Lucile A. Watts, the first black woman to be elected a circuit court judge in Michigan, has died at the age of 97.
Watts graduated from the Detroit College of Law in 1962 and started her own law firm because no one would hire a woman, she told the Free Press last year.
“At that time, being a woman was worse than being black,” she said in the interview.
She was representing Great Lakes Mutual Insurance Co. when violence gripped Detroit in the summer of 1967, and she learned one of the agents had been picked up by police and was being detained.
Her client had been arrested for being black and walking the streets, she said.
Watts, a former model, then joined other African-American lawyers in the community to get men out of custody. A real estate and divorce lawyer, Watts helped organize and coordinate the work of the other lawyers who were involved in defending the men and seeking their release.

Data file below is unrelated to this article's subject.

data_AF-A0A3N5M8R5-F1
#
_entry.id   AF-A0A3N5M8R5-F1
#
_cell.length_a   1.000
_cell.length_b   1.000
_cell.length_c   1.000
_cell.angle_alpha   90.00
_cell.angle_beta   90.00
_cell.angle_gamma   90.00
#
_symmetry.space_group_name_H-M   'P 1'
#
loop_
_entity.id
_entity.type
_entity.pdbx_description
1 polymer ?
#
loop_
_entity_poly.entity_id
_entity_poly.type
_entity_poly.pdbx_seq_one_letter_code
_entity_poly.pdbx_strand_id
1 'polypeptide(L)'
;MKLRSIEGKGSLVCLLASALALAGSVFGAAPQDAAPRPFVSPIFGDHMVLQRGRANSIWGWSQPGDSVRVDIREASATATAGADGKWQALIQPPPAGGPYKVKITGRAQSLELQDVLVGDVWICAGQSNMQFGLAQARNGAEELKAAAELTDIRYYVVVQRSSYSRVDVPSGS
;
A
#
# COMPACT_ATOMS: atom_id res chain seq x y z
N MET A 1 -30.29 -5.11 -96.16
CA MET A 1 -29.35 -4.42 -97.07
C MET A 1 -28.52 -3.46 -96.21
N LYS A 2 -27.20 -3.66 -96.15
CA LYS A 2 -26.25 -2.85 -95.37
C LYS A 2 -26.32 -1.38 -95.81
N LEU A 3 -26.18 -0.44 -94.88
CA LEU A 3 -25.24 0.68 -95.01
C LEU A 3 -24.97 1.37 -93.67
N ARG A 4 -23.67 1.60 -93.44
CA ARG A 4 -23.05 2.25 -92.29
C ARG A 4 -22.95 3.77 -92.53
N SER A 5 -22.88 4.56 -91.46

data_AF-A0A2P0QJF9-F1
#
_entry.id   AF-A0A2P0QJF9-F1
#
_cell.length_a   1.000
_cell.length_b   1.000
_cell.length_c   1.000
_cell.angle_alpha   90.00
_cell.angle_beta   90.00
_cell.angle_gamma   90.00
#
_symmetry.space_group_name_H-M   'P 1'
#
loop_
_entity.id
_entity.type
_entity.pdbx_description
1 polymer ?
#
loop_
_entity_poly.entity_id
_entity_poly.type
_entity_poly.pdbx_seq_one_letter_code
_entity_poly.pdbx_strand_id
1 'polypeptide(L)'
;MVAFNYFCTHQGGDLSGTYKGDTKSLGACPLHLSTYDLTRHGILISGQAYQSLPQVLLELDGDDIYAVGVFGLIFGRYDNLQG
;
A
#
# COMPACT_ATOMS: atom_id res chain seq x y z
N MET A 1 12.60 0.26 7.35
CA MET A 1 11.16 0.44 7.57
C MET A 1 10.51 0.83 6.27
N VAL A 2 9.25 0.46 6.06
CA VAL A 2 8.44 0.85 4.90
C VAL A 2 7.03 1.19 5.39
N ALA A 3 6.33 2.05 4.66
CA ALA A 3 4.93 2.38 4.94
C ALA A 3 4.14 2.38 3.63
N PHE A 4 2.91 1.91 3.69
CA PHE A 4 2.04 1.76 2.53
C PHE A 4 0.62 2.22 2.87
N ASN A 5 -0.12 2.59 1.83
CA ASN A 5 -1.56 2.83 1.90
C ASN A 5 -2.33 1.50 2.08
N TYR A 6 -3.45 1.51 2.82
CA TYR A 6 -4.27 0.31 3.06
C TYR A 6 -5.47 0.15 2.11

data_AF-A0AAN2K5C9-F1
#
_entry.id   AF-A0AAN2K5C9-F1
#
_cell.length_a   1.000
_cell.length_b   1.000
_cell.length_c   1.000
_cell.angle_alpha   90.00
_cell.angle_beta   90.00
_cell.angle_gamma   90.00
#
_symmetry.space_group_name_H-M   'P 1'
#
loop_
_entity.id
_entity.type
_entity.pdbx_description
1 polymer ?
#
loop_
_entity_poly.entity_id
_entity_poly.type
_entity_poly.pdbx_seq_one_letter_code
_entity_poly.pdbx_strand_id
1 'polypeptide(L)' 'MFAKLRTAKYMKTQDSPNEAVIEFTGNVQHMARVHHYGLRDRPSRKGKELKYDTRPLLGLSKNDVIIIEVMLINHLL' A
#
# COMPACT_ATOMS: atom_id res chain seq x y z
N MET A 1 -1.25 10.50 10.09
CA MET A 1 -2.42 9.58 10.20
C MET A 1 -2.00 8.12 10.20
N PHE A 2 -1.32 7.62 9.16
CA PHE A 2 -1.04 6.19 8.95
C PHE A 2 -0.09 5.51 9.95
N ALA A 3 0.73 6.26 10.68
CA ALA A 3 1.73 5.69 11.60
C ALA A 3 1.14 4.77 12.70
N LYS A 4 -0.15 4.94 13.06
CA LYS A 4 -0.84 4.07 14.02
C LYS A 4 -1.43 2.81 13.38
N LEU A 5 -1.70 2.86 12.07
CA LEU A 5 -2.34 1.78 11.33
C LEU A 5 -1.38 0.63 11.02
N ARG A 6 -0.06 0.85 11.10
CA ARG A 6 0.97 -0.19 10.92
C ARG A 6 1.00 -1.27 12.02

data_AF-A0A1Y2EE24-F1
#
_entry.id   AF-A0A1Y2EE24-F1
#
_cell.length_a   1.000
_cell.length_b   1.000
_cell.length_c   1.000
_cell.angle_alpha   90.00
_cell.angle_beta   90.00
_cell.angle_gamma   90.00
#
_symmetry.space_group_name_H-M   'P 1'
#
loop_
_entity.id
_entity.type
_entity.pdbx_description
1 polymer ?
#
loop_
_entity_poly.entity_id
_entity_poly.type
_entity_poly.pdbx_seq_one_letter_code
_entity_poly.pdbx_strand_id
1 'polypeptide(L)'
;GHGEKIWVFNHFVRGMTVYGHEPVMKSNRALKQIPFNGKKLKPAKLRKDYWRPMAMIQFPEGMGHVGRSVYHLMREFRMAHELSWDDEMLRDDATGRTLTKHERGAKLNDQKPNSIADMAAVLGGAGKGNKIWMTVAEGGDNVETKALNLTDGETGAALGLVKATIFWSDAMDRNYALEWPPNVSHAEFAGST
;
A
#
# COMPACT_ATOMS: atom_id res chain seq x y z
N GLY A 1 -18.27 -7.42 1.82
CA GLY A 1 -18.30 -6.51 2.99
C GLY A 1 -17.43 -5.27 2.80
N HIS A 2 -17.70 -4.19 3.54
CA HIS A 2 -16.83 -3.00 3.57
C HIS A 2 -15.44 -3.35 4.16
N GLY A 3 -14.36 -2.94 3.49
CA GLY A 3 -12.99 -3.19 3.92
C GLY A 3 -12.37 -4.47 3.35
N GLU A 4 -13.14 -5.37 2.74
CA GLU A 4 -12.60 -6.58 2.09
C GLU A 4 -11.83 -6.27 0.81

“If you were black and a man, you were subject to be picked up,” she said last year. “They arrested so many people they had to corral them on Belle Isle like cattle.”
After practicing law for nearly 20 years, Watts was elected a Wayne County Circuit Court judge in 1980, the first black, female judge to join that bench. The Free Press reported last year that Watts was the first African-American woman elected as a circuit court judge in Michigan.
For the full article, see Jennifer Dixon, “Lucile Watts, Wayne County’s first black, female judge, has died at age 97“, Detroit Free Press, June 24, 2018.